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TEST – ANGULO CV-1

Angulo lay claim to the CV-1 being ‘the most versatile board in windsurfing’, designed to cover everything from flat water blasting to front side waveriding. That’s a very bold claim, so we sent Adrian Jones to find out if it could hold up under scrutiny.


Price:
1449 Euros (Approx £1,020)

Volume: 100 litres
Length: 240cm
Max width: 61cm
Tail width (@30cm): 40cm
Weight bare: 6.63kg
Weight freeride mode: 7.85kg
Weight wave mode: 7.66kg
Freeride fin: 34cm
Wave fin: 26cm

Angulo are on a bit of a resurgence at the moment. With PWA racer Pieter Bijl pushing the brand hard across Europe, and their incredible prices (this full carbon deck board retails for just 1449 Euros) it would be no surprise if we start to see a few more Angulo’s at our local beaches over the coming years. For those of you who don’t know, the brand has some serious heritage. Based in Maui and named after the legendary Angulo family, whose two offspring Josh and Mark ended up doing rather well for themselves over the years! Josh has 2 world wave titles to his name and is currently right up there on the World slalom tour, whilst Mark was pioneer to many of the wave moves we see today.

The CV-1 is a board that Angulo seems genuinely quite excited about and understandably so. As far as I am aware, there are no other boards that claim to offer this much range of performance from one single shape; from freeride, right through to wave.

First impressions
It’s been a while since we’ve seen an Angulo board in the flesh, but these new ones look nice. Hull weight is pretty good indeed at just 6.63kg’s bare and the quality of fittings (straps, pads and fin) is right up there.

There is nothing unusual with regard the basic dimensions. A length of 240cm and max width of 61cm puts it ever so slightly on the narrower and longer side of the average freeride board of this size, but nothing significant.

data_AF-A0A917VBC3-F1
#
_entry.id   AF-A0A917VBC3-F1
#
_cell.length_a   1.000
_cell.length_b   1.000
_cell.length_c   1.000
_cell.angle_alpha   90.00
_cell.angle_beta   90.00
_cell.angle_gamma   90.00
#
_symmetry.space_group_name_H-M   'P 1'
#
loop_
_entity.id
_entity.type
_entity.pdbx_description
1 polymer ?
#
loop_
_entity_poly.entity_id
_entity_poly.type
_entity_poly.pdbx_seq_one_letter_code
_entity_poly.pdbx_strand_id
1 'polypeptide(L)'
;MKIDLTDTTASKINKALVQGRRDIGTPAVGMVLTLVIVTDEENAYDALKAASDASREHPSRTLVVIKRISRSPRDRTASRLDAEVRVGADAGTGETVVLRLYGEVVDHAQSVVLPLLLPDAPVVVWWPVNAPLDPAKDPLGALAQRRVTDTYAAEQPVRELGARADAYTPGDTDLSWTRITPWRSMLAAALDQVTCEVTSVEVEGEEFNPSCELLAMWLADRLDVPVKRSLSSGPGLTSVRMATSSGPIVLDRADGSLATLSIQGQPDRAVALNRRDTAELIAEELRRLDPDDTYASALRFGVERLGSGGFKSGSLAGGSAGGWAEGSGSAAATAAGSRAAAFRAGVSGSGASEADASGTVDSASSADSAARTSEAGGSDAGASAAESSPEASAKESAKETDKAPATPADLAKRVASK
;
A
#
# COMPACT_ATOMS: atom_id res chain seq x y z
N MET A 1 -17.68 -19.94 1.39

As standard the board comes with just one powerbox fin – a freeride 34cm. This does seem a little mean considering that to use this board as intended will require two fins. The decals on the bottom of the board may claim that “Jesus loves you”, but clearly not enough to gift you with two fins! Although I guess that the money you could potentially save buying this board (at 1449 Euros) more than justifies the cost of an extra fin. A 26cm wave fin is the perfect addition for use in waves.

The footstraps offer an outboard freeride configuration and an inboard, single back strap, wave option.

For freeride
We first tried the board in freeride mode, with straps outboard, 34cm standard fin and the mast track in the middle with our 6.6m rotation sail. To give the CV-1 a proper run for its money, we matched it up against the much-acclaimed Fanatic Gecko and JP’s Magic ride, just to see how it would fair against some of the best, dedicated freeride boards.

On the water, as a freeride board, the CV-1 is certainly convincing. It feels longer, narrower and a little more ‘old school’ in the way it rides compared with the modern wide-style freeride boards. This means that it has less of a ‘skimming off the tail’ sensation and instead feels more reactive and in contact with the water, which is no bad thing. It just makes the rider feel more involved.

With a 6.6m the CV-1 was perfectly at home. It’s not going to be the fastest freeride board on the water or the earliest planing, but the narrower width and softer rails make it feel very playful and makes you want to gybe and jump your way into rougher and rougher water. Control is excellent, with the board staying nicely planted even in the biggest of gusts. At times we did feel that the back strap could do with being a bit further back, but generally it felt very well balanced with the 6.6m.